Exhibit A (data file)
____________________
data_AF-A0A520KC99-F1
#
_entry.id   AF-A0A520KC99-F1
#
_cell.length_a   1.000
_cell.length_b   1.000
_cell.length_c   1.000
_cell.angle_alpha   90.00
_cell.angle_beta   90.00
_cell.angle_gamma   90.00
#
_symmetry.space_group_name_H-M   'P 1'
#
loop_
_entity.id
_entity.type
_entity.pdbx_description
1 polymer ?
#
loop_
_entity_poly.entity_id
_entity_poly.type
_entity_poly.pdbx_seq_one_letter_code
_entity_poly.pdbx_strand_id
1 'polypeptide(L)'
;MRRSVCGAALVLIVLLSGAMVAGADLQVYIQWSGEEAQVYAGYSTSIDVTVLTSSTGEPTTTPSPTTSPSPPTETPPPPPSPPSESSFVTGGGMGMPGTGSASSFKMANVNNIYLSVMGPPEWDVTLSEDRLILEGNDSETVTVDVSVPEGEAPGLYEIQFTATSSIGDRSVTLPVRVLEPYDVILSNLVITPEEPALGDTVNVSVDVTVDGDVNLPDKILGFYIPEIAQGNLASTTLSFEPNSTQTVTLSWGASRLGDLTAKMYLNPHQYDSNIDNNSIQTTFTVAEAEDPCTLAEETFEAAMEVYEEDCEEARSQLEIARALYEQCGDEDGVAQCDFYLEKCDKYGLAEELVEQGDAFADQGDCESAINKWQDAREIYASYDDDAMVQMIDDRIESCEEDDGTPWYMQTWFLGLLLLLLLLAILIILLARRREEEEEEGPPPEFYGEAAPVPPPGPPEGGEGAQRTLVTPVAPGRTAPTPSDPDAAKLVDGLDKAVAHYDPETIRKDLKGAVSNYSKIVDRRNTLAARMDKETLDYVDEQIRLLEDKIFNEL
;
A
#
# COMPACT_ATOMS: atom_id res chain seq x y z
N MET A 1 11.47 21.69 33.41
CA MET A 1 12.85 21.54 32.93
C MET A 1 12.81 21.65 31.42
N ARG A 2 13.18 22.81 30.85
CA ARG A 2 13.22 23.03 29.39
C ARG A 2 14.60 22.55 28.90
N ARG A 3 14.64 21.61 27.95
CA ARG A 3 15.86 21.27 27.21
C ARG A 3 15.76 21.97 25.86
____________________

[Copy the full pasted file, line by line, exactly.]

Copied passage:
data_AF-A0A520KC99-F1
#
_entry.id   AF-A0A520KC99-F1
#
_cell.length_a   1.000
_cell.length_b   1.000
_cell.length_c   1.000
_cell.angle_alpha   90.00
_cell.angle_beta   90.00
_cell.angle_gamma   90.00
#
_symmetry.space_group_name_H-M   'P 1'
#
loop_
_entity.id
_entity.type
_entity.pdbx_description
1 polymer ?
#
loop_
_entity_poly.entity_id
_entity_poly.type
_entity_poly.pdbx_seq_one_letter_code
_entity_poly.pdbx_strand_id
1 'polypeptide(L)'
;MRRSVCGAALVLIVLLSGAMVAGADLQVYIQWSGEEAQVYAGYSTSIDVTVLTSSTGEPTTTPSPTTSPSPPTETPPPPPSPPSESSFVTGGGMGMPGTGSASSFKMANVNNIYLSVMGPPEWDVTLSEDRLILEGNDSETVTVDVSVPEGEAPGLYEIQFTATSSIGDRSVTLPVRVLEPYDVILSNLVITPEEPALGDTVNVSVDVTVDGDVNLPDKILGFYIPEIAQGNLASTTLSFEPNSTQTVTLSWGASRLGDLTAKMYLNPHQYDSNIDNNSIQTTFTVAEAEDPCTLAEETFEAAMEVYEEDCEEARSQLEIARALYEQCGDEDGVAQCDFYLEKCDKYGLAEELVEQGDAFADQGDCESAINKWQDAREIYASYDDDAMVQMIDDRIESCEEDDGTPWYMQTWFLGLLLLLLLLAILIILLARRREEEEEEGPPPEFYGEAAPVPPPGPPEGGEGAQRTLVTPVAPGRTAPTPSDPDAAKLVDGLDKAVAHYDPETIRKDLKGAVSNYSKIVDRRNTLAARMDKETLDYVDEQIRLLEDKIFNEL
;
A
#
# COMPACT_ATOMS: atom_id res chain seq x y z
N MET A 1 11.47 21.69 33.41
CA MET A 1 12.85 21.54 32.93
C MET A 1 12.81 21.65 31.42
N ARG A 2 13.18 22.81 30.85
CA ARG A 2 13.22 23.03 29.39
C ARG A 2 14.60 22.55 28.90
N ARG A 3 14.64 21.61 27.95
CA ARG A 3 15.86 21.27 27.21
C ARG A 3 15.76 21.97 25.86